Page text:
Till (30, photo) from Germany speaks German, French and English, an average mixture in the corridors of the European Institution. He praises the fact that the European Commission, for which he works, is so accessible to young people. Many people repatriate after a number of years, leaving plenty of place for each next generation. Till further enjoys the open working atmosphere and the good relations between managers and subordinates.
Nicky (25), mixed Italian/British, speaks English and Italian and is taking courses in French. Like many people, she sees her stay in Brussels as a temporary one. She is planning to exchange European Brussels for English Leeds soon. She wants to obtain a masters degree in International Relations and thinks she has served in Brussels for long enough. Nicky is taking a step that does not come natural to many young Eurocrats: deciding that it`s time to move onto something else. Many people fear exchanging Brussels for another place, because it almost de facto means that they will be exposed to fewer different languages and fewer different cultures. The conversation subjects of everyday Brussels life are no longer applicable to their new life. Some people can be scared by the perspective of being forced back into a local daily life that they have outgrown.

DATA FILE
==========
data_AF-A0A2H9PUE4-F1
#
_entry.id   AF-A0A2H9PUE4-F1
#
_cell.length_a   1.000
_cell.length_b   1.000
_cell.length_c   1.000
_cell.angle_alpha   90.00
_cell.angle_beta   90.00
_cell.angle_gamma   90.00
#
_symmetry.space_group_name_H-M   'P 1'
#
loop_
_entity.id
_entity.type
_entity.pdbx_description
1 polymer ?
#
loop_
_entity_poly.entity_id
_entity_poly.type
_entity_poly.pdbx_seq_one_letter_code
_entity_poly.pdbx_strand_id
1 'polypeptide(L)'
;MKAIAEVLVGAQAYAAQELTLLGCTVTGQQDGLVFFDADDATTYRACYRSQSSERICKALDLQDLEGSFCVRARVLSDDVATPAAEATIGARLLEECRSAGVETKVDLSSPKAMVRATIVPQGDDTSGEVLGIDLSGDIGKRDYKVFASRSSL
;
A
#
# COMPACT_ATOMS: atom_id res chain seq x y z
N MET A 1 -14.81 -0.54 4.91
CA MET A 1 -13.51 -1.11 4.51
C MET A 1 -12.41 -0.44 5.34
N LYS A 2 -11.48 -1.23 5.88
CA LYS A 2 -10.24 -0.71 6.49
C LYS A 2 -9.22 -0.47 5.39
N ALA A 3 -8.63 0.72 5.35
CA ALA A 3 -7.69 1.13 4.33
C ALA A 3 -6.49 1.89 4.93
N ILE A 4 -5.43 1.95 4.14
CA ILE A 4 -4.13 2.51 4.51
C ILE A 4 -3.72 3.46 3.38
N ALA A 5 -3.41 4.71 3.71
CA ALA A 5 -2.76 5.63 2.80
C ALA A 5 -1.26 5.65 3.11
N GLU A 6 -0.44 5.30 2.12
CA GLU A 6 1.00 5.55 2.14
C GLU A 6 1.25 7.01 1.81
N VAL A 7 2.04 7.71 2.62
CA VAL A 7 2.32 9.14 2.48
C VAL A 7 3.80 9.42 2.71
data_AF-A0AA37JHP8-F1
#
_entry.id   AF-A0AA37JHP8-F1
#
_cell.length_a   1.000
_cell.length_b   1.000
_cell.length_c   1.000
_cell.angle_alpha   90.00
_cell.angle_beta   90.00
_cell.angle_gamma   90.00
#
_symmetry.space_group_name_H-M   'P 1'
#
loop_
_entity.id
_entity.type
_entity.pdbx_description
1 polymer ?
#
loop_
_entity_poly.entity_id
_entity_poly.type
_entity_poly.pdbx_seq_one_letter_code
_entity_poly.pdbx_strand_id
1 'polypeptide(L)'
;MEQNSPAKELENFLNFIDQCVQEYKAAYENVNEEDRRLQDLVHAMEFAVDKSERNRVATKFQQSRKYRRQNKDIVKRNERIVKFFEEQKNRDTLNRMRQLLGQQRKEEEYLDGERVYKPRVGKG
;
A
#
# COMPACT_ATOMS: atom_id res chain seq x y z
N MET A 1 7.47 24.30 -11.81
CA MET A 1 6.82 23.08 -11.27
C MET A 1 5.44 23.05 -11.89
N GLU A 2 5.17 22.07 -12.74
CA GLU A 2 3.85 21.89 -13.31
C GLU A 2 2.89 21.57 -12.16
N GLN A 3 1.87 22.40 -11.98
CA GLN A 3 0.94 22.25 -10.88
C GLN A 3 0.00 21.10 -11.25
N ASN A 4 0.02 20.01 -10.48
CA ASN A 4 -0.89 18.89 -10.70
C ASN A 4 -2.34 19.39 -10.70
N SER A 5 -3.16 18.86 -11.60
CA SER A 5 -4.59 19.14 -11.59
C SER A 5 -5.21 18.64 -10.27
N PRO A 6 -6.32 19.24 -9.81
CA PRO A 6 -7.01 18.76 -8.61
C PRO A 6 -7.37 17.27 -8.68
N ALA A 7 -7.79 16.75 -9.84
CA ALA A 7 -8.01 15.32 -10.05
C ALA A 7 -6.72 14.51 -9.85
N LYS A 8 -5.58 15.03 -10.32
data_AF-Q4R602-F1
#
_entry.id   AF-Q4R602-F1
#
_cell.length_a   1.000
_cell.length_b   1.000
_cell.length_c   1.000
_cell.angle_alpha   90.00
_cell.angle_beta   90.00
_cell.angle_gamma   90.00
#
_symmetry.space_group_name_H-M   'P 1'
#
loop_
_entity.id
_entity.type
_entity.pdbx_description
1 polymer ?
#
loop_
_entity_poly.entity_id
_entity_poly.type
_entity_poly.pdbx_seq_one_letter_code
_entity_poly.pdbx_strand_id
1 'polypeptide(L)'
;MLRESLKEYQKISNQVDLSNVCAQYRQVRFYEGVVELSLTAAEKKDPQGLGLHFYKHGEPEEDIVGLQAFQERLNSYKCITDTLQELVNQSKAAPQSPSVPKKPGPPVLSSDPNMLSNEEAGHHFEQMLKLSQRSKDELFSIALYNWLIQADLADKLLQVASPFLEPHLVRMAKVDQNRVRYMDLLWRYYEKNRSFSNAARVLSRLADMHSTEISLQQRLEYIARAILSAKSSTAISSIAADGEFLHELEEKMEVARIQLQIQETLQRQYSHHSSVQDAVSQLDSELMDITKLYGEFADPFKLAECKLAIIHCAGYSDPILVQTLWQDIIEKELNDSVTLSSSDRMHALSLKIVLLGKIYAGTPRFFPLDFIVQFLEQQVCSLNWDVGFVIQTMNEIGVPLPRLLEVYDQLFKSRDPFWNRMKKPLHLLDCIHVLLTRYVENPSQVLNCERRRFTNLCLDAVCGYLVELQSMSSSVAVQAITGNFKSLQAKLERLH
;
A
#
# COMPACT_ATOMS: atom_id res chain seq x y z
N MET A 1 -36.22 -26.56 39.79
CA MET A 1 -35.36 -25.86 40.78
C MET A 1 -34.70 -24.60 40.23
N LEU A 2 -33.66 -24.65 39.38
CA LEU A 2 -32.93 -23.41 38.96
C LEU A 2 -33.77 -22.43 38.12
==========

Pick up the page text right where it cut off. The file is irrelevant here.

Within the expatriate population, the different nationalities mix quite well. The social exchange is in that way similar to the Luxembourg melting pot. With one exception: the international population in Brussels hardly experiences any involvement with the local population. The Eurocrats are a distinct social layer, positioned at the top of the middle class. They are concentrated in a limited number of neighbourhoods and tend to surround themselves with fellow internationals, also for events that do not professionally require them to do so ? like going out in town.